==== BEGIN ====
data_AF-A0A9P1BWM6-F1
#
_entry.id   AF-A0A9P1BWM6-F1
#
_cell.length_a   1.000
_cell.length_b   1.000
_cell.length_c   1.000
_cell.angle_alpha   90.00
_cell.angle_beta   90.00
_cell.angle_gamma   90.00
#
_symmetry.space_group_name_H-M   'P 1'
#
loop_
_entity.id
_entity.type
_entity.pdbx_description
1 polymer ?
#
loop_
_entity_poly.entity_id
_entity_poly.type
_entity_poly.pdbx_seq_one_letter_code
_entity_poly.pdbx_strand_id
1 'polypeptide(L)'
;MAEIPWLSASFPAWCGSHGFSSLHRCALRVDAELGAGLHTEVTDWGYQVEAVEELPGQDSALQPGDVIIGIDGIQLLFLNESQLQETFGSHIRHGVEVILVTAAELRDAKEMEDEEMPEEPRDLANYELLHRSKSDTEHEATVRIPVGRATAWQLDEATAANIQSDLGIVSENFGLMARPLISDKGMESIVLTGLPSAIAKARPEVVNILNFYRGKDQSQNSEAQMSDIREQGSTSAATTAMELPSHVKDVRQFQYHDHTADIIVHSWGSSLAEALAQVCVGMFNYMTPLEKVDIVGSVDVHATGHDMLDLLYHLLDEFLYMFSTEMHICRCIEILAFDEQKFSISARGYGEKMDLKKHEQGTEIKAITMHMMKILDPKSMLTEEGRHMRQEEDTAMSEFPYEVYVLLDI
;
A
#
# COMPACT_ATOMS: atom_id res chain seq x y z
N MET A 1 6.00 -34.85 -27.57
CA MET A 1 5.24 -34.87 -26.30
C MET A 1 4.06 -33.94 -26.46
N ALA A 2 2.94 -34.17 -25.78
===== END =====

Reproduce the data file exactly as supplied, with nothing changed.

data_AF-A0A9P1BWM6-F1
#
_entry.id   AF-A0A9P1BWM6-F1
#
_cell.length_a   1.000
_cell.length_b   1.000
_cell.length_c   1.000
_cell.angle_alpha   90.00
_cell.angle_beta   90.00
_cell.angle_gamma   90.00
#
_symmetry.space_group_name_H-M   'P 1'
#
loop_
_entity.id
_entity.type
_entity.pdbx_description
1 polymer ?
#
loop_
_entity_poly.entity_id
_entity_poly.type
_entity_poly.pdbx_seq_one_letter_code
_entity_poly.pdbx_strand_id
1 'polypeptide(L)'
;MAEIPWLSASFPAWCGSHGFSSLHRCALRVDAELGAGLHTEVTDWGYQVEAVEELPGQDSALQPGDVIIGIDGIQLLFLNESQLQETFGSHIRHGVEVILVTAAELRDAKEMEDEEMPEEPRDLANYELLHRSKSDTEHEATVRIPVGRATAWQLDEATAANIQSDLGIVSENFGLMARPLISDKGMESIVLTGLPSAIAKARPEVVNILNFYRGKDQSQNSEAQMSDIREQGSTSAATTAMELPSHVKDVRQFQYHDHTADIIVHSWGSSLAEALAQVCVGMFNYMTPLEKVDIVGSVDVHATGHDMLDLLYHLLDEFLYMFSTEMHICRCIEILAFDEQKFSISARGYGEKMDLKKHEQGTEIKAITMHMMKILDPKSMLTEEGRHMRQEEDTAMSEFPYEVYVLLDI
;
A
#
# COMPACT_ATOMS: atom_id res chain seq x y z
N MET A 1 6.00 -34.85 -27.57
CA MET A 1 5.24 -34.87 -26.30
C MET A 1 4.06 -33.94 -26.46
N ALA A 2 2.94 -34.17 -25.78